A few cricket boards had attempted to model a tournament like the UEFA Champions League a few years ago, but it didn’t work as cricket, at the moment, doesn’t have a separate space in its calendar for the professional leagues.
Bilateral international series, although they are losing their popularity because of the lack of context, are still the priority of the International Cricket Council (ICC). The top international players are not likely to be available for a tournament like Champions League because of their commitments to their respective national teams.
IPL is the only professional league which has almost got a separate space in ICC’s calendar because it offers lucrative contracts to the cricketers and the worth of those contracts is so much that the players might even start skipping national duties, if IPL isn’t given a separate space in the ICC's calendar.
The only way for a tournament like Champions League to work in cricket is for the other leagues to be run around the same time as the IPL and the Champions League to be played around the same time as well, with the teams qualifying for the Champions League on the basis of their standings in their domestic leagues in the previous season.
But, one of the quick questions to be raised will be – how will the other leagues have the top players playing for them if the IPL runs around the same time?
Most of the other leagues apart from the IPL are at loss. In January last year, five PSL (Pakistan Super League) franchises had reported that they suffered losses up to 700 million PKR. A couple of CPL franchises are in financial trouble as well.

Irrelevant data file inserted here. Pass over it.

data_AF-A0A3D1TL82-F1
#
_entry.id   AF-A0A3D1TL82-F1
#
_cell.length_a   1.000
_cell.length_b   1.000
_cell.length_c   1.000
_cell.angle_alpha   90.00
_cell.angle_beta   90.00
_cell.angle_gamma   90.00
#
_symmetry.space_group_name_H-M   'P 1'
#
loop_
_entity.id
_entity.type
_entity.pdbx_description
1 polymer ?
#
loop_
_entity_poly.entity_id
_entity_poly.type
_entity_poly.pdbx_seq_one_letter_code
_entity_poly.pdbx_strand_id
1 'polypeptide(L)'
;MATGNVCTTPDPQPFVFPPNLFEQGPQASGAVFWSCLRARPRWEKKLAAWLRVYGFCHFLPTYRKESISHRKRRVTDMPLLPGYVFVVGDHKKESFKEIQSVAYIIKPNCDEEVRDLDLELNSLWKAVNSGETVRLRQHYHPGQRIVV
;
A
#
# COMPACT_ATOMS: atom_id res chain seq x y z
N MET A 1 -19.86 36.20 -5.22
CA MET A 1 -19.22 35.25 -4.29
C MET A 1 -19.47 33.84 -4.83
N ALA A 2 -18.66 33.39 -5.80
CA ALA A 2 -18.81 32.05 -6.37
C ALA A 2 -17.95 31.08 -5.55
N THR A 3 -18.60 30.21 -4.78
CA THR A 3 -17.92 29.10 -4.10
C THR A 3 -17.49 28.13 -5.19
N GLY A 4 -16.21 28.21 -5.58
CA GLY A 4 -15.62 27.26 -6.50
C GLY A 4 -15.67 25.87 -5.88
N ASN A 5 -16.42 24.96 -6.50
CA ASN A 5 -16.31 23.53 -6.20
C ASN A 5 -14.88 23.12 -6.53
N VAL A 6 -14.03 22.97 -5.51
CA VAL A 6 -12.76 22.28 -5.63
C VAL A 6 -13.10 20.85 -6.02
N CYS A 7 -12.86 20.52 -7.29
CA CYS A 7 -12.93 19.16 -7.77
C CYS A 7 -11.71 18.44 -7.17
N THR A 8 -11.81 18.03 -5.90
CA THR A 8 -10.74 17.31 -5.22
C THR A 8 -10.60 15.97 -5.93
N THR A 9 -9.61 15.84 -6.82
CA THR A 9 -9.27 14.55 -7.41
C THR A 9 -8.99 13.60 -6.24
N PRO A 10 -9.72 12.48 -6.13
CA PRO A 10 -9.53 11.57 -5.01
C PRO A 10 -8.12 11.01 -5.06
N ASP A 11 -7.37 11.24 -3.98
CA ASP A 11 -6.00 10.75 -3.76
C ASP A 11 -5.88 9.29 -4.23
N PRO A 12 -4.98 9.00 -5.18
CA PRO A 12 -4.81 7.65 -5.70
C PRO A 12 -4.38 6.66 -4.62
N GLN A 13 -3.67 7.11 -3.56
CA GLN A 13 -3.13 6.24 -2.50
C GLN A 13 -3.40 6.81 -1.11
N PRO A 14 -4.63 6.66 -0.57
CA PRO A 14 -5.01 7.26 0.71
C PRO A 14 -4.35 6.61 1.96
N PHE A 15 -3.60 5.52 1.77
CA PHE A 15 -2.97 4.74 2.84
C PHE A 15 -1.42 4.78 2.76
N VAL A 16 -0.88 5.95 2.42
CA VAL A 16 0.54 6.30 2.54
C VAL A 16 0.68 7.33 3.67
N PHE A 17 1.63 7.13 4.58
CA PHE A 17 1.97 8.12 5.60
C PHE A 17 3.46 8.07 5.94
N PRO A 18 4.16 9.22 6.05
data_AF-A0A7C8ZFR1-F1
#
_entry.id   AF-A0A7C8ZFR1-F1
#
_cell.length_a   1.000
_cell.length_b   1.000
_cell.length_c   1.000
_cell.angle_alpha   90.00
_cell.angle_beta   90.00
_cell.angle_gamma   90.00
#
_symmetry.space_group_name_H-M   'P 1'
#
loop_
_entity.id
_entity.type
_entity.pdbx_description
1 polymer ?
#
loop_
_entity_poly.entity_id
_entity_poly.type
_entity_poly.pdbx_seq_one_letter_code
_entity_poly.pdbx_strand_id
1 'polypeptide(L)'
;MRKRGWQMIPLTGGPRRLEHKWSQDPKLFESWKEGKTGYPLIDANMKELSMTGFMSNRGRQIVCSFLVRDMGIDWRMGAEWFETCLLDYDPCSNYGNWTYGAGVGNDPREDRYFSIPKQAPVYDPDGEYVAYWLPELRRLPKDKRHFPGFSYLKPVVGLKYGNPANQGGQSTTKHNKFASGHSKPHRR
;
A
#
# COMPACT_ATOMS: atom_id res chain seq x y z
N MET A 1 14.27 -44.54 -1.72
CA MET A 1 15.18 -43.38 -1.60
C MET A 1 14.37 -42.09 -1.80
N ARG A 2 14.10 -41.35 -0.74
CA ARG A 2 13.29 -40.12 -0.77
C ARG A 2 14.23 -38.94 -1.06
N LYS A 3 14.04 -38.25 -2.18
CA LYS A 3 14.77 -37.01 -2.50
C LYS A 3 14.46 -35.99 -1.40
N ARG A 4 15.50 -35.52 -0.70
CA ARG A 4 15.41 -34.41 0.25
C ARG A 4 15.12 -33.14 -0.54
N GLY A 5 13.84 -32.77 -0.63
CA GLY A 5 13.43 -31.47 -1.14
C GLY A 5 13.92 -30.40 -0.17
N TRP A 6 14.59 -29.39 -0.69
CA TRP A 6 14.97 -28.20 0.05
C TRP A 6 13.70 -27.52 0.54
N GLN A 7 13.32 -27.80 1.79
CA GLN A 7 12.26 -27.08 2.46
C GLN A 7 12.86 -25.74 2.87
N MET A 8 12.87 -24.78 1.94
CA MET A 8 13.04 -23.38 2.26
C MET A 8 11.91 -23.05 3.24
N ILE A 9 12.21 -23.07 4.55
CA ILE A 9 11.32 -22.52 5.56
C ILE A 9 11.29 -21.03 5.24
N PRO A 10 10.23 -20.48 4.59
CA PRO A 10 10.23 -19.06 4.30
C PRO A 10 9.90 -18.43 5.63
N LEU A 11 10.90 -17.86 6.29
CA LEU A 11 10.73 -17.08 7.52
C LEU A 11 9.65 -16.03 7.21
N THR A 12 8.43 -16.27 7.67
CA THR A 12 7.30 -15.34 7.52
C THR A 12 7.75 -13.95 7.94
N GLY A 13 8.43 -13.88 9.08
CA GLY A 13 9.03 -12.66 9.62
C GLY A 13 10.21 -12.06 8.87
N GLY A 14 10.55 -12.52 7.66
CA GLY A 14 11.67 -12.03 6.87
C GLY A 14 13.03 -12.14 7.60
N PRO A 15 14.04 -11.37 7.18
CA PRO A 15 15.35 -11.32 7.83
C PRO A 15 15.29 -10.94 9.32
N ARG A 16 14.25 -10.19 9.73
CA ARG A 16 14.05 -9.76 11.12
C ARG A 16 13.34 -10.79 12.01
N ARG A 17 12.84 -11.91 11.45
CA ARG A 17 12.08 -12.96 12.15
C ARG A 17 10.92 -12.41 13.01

One of the reasons why most of the professional leagues other than IPL are struggling on financial front is because most of the top players are playing international cricket at the time the IPL is not on and hence, the focus of the cricket watching audience around the world shifts to the international arena when there is no IPL.
If the other leagues are run around the same time as the IPL and the teams in those leagues have the opportunity to actually go on and compete with the IPL teams in the same season, it will attach a whole lot of context to the non-IPL leagues.
As far as the availability of the players goes, a lot of top players don’t get contracts in the IPL and they can be signed by the other leagues at lesser salary. Those players will then have the opportunity to show why they deserved to be signed by the IPL franchises, by performing in the non-IPL leagues and making the non-IPL franchises win the Champions League.
The non-IPL leagues are struggling for context at the moment, while IPL is struggling to offer some sort of relevance to the teams which are consistent throughout the league phase, but have a couple of bad days in the knockouts.
If IPL can offer Champions League qualification to the teams finishing in top 4, it will still reward the teams for their consistency in the league phase, but if there is no Champions League, IPL needs to find a way to make sure that the consistency of the teams in the league phase doesn’t go unrewarded.
The only way to do that is to get rid of the playoffs. It’s really interesting if there were no playoffs; Kolkata Knight Riders (KKR) would never have been the IPL champions, while all three of Delhi Daredevils (now Delhi Capitals), RCB and KXIP would have won the IPL by now.
Published 10 Feb 2020, 18:12 IST